Late potential diagnosis

Our son is really struggling with life. Attempts to get support for him and our family have had at best very patchy success. CAMHS were worse than useless. After asking questions relentlessly for a good 10 years now, we believe that our son has FASD. Given all we know about his birth mother etc, we would be extremely surprised if this was not the case. One health care professional has seen all the information we have and confirms our conclusion. I realise that this is not a formal diagnosis, but it really would be a surprise to be told we are wide of the mark on this.

I'm not sure whether he will agree to a referral to the FASD Clinic. He has found his way into the criminal justice system and while in prison he was regarded as a vulnerable prisoner. He has recognised learning difficulties, including a Vinelands Test. Before his release from prison last December, his vulnerability was acknowledged. For the first time he was asking about supported accommodation and the local council offered two alternatives. Those were cruelly withdrawn 5 days before his release and he is now in totally inappropriate lodgings. His budgeting skills are poor (mind you I would challenge anyone to manage on the income he receives). The council has continued to refuse to support our son and claims they don't have the resources (the Chairman of our Adult Safeguarding Board has just resigned, claiming the incessant cuts in funding under Osborne's austerity policies are making it extremely difficult if not impossible to support vulnerable adults).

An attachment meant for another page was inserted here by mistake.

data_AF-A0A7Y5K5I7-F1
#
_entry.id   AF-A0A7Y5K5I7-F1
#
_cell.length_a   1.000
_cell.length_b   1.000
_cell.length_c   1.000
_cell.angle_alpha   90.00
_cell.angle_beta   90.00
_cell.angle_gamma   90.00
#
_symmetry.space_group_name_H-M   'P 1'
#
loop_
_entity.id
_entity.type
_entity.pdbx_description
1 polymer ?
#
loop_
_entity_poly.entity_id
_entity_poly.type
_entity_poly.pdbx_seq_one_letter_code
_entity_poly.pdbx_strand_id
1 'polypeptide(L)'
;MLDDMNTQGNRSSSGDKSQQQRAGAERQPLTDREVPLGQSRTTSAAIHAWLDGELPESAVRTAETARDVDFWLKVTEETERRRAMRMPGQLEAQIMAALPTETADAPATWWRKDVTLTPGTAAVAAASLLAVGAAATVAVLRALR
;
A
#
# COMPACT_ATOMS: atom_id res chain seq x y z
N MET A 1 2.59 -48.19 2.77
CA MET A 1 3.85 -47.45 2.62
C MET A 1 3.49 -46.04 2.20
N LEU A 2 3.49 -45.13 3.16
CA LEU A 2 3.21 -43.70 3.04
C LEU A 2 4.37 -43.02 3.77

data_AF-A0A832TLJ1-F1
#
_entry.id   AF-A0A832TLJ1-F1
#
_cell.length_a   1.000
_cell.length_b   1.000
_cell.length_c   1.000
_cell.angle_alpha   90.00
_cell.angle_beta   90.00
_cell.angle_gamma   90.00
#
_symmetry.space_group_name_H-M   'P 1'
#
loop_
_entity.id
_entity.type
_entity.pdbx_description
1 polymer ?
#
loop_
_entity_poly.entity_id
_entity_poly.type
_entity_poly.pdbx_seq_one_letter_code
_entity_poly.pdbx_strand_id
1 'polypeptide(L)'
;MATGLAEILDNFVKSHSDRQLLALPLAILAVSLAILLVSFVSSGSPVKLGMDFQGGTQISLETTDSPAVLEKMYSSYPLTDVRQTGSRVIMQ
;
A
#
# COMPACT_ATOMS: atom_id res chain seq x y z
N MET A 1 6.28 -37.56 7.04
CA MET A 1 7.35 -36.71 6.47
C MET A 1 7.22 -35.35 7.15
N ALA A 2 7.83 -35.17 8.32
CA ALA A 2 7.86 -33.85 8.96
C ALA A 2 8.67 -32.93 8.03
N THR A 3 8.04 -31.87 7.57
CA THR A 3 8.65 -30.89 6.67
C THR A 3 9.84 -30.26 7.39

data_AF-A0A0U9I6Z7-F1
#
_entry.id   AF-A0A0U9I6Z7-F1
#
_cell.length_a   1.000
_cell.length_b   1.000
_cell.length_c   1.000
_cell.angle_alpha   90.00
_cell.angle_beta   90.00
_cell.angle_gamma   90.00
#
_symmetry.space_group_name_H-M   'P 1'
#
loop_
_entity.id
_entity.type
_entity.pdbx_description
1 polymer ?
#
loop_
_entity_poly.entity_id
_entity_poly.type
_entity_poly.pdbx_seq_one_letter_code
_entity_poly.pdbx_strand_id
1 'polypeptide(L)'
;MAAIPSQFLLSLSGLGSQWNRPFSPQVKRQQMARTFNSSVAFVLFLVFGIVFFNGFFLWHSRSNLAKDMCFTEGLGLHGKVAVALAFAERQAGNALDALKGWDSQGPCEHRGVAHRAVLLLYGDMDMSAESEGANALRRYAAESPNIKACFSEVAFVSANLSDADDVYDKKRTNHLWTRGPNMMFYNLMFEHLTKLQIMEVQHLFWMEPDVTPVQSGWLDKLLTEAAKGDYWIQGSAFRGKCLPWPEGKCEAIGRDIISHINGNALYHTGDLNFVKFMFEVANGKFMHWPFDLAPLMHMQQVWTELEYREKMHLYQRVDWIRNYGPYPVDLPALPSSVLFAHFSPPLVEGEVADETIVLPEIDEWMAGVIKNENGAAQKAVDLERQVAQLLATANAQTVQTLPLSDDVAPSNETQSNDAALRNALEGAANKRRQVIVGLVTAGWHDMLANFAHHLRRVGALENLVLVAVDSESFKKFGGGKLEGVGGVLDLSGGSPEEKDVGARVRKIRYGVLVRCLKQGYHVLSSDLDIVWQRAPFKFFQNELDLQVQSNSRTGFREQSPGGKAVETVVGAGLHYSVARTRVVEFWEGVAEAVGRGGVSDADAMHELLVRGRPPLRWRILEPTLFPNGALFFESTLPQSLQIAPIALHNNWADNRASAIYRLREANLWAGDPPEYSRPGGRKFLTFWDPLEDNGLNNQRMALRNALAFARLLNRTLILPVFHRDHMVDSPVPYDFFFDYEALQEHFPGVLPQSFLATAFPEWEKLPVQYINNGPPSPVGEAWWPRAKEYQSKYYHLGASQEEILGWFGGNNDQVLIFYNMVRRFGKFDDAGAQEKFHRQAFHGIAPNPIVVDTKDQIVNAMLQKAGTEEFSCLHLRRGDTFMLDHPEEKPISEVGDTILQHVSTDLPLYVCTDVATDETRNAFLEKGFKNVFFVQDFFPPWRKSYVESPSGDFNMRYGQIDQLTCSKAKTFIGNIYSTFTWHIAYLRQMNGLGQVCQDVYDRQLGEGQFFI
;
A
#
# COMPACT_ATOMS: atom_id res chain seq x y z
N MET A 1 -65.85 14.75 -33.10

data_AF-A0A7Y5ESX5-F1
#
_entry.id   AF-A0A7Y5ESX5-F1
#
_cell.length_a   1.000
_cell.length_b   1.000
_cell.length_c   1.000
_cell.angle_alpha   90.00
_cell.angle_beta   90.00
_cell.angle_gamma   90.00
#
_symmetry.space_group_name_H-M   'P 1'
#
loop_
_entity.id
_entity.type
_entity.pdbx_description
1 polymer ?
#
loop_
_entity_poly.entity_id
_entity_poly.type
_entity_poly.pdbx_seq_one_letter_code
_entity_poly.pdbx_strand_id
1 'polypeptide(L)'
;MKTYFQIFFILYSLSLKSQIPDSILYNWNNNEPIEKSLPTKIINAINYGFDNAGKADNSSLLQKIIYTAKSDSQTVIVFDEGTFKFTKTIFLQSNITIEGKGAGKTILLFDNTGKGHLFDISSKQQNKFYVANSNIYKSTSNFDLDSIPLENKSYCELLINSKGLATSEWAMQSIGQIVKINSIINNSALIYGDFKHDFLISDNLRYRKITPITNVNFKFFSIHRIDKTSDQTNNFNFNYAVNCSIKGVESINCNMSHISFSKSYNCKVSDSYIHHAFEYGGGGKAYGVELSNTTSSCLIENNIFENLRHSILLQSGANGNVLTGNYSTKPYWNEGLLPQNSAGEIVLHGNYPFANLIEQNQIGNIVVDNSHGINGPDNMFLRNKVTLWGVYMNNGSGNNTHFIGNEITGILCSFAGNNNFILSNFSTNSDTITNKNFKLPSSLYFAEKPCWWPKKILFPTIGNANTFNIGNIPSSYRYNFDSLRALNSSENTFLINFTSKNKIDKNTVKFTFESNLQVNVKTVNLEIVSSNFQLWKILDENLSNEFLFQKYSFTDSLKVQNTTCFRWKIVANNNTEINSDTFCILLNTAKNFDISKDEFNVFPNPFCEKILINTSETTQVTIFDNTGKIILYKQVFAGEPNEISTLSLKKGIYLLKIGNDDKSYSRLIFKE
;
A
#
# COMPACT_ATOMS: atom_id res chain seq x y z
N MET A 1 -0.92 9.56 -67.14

My fear is that it is all too late for our son. Years have been lost during which he could have been helped to understand his situation. I am very unclear about how well he will be able to cope with life in the future, and whether he will ever learn to budget.

Does anyone have experience of a late 'diagnosis'? How can he be supported constructively? How can we help him to understand what he is capable of and access appropriate support?

6 Replies

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  • Hi there,

    My adopted son was diagnosed at age 10 yrs and I am frustrated that he could have been diagnosed much earlier (I asked questions relentlessly for 6 years) and got the support he needed (prenatal alcohol abuse needs to be diagnosed at birth) and I am certain it will be in the future, the All Party parliamentary Group (APPG) has written its intial report on FAS (see FASD Trust Website for a copy).

    Therefore, I am really saddened to hear this post, and how the lack of support has affected your son and you, his family.

    FAS diagnosis is made at the Genetics Clinic. Speak to your GP about a referral to the Genetics Clinic within your local hospital. Diagnosis is made on past history information (ie. confirmation of alcohol abuse) and also by looking at earlier photographs of your son to look for the related facial features of FAS (although these do not have to be present for a diagnosis to be made). So you need to take the information and photographs along. Therefore, if your son refuses to go you can just explain that when you get there.

    At present there are too many professionals involved with varying degrees of knowledge about FAS, ranging from zero to expert. So its currently a luck of the draw situation as to getting the right professional. Again this is due to change.

    In summary, the starting point to getting the right support is a diagnosis. Go to your GP (take you info with you as above) and ask for a referral to the Genetics Clinic. (ie. keep it simple, involving too many professionals results in confusion of opinions. If your son refuses to go to the appt, just explain that when you get there. Make sure you take along all the paperwork (ie relating to confirmation of alcohol exposure) and early photographs of your son (if you have them age 0 - 5 yrs best as the facial features more pronounced then. Also, visit the FAS Trust Website and download a copy of the APPG (All Party parliamentary Group Report) on FAS. Incidentally, this report makes reference to the criminal justice system.